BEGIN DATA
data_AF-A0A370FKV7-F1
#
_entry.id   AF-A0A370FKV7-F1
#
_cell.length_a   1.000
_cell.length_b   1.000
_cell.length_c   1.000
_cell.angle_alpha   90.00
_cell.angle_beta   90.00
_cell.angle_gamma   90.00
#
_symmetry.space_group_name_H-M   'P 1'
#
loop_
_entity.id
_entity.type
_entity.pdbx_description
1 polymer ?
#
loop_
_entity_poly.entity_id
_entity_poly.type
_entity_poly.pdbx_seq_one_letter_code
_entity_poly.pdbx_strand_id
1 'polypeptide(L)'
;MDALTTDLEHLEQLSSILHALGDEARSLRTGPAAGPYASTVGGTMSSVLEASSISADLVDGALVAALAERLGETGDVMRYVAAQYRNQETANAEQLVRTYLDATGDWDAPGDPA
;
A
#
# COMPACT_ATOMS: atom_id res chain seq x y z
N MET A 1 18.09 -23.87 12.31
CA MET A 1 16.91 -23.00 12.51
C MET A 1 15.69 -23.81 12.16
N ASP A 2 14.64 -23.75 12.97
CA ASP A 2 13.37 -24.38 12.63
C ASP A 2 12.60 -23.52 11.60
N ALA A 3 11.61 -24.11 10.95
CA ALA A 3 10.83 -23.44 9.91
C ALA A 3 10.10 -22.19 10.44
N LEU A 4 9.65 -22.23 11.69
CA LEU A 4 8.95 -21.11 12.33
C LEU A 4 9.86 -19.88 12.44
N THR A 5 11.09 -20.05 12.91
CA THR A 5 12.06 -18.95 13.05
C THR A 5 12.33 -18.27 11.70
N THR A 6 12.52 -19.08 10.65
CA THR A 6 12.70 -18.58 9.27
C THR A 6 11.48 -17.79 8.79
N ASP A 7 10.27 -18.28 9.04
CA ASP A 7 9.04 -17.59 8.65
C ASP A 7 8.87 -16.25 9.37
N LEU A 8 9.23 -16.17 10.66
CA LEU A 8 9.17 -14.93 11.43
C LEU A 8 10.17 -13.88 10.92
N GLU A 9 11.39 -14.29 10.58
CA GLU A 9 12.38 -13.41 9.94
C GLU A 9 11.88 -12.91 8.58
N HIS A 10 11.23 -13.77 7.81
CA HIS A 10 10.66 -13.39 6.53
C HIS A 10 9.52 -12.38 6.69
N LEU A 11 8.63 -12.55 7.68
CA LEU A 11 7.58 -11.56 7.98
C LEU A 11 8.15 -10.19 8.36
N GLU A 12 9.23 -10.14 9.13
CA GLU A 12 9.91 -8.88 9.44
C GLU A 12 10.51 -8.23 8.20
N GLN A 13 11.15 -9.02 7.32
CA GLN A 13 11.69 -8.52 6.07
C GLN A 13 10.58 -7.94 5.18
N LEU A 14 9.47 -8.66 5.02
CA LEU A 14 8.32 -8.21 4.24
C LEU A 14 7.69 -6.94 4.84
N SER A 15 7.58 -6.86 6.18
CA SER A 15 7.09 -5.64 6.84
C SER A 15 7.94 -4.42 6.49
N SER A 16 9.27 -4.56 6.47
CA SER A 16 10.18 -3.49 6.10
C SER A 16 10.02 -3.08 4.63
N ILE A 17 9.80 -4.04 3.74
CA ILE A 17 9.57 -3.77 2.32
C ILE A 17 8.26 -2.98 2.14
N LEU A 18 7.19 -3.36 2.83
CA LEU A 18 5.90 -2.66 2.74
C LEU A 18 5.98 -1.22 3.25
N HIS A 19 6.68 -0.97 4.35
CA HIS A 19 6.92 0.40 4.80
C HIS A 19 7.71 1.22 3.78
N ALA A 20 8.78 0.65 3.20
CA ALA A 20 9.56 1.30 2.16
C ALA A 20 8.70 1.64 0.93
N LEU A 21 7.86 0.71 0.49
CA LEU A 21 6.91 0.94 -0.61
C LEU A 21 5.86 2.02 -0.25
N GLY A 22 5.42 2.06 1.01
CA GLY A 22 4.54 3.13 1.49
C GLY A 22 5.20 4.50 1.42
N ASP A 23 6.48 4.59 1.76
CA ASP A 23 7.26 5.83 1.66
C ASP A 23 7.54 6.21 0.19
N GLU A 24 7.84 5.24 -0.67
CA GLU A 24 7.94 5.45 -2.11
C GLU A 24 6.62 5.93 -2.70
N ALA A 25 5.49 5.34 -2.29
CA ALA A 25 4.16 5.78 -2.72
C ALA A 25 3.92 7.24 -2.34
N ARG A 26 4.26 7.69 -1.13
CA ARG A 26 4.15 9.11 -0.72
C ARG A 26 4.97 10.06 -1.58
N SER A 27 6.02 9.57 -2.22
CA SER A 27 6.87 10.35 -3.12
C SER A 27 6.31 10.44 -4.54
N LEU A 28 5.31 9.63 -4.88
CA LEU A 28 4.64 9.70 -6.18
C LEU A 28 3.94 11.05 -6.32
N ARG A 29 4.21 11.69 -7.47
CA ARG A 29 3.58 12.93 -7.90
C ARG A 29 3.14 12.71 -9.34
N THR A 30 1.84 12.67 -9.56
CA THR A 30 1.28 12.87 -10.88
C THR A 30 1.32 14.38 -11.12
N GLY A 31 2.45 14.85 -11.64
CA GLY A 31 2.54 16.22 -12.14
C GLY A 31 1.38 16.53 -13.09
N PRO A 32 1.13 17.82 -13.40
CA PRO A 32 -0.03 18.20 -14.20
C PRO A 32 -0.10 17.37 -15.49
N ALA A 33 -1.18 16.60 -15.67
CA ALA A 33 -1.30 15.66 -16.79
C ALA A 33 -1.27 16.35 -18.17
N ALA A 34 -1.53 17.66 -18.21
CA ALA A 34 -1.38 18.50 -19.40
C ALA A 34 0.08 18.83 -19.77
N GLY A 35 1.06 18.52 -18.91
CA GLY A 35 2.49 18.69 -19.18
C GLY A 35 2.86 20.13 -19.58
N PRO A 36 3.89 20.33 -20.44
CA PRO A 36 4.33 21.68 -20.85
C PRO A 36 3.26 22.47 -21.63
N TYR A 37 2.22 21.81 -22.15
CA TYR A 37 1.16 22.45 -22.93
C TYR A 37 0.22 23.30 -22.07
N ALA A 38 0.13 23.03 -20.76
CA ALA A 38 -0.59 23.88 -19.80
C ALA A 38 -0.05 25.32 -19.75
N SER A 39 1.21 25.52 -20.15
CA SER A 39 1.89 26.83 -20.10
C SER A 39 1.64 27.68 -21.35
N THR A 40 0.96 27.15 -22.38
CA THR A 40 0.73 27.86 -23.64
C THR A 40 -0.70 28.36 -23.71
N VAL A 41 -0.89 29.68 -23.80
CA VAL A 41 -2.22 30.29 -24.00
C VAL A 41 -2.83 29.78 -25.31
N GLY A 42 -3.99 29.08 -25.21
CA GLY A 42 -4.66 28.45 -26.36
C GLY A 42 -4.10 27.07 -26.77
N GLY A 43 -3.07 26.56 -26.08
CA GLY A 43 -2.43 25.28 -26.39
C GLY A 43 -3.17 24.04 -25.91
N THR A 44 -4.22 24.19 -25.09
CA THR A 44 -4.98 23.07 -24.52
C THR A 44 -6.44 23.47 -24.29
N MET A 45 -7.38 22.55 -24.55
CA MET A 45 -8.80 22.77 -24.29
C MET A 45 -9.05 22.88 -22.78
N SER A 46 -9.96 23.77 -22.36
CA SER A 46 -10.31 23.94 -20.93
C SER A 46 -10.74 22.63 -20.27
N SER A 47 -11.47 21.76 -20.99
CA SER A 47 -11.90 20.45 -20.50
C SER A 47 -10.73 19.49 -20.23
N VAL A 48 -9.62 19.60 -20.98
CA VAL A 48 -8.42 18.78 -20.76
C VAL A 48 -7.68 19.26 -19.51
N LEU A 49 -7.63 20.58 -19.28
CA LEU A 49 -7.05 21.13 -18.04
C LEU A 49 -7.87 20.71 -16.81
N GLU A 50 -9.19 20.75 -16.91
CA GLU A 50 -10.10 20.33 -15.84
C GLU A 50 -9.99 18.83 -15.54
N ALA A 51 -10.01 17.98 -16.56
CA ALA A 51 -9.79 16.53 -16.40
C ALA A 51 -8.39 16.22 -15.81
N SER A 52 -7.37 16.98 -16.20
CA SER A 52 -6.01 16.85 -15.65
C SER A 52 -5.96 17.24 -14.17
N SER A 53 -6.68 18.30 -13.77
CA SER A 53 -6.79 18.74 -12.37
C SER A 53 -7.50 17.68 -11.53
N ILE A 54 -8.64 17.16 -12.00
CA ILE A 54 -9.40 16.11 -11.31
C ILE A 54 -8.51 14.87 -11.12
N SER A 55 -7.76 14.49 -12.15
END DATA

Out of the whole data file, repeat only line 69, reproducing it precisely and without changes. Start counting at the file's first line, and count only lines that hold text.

C GLN A 13 10.58 -7.94 5.18